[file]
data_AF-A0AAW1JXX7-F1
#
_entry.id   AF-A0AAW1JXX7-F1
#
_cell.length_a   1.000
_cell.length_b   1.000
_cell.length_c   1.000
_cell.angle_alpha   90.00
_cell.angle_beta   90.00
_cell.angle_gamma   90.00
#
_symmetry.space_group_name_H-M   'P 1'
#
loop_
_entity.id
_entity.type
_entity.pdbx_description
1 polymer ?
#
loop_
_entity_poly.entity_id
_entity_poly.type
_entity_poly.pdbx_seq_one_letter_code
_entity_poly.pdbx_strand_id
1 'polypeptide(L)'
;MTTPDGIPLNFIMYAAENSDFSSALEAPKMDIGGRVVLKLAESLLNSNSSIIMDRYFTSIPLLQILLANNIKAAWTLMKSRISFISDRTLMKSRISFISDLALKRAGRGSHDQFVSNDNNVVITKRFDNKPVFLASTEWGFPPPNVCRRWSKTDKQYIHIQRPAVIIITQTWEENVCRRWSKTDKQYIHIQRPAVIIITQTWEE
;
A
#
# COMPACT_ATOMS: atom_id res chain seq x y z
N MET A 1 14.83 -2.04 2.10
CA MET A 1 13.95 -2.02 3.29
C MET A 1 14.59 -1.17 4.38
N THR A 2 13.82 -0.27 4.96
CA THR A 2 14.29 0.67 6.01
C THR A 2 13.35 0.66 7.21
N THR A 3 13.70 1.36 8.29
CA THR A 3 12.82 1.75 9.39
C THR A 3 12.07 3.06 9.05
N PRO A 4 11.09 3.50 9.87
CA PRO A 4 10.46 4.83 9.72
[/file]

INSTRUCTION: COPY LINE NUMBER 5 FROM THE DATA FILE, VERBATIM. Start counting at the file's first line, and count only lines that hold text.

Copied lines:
_cell.length_a   1.000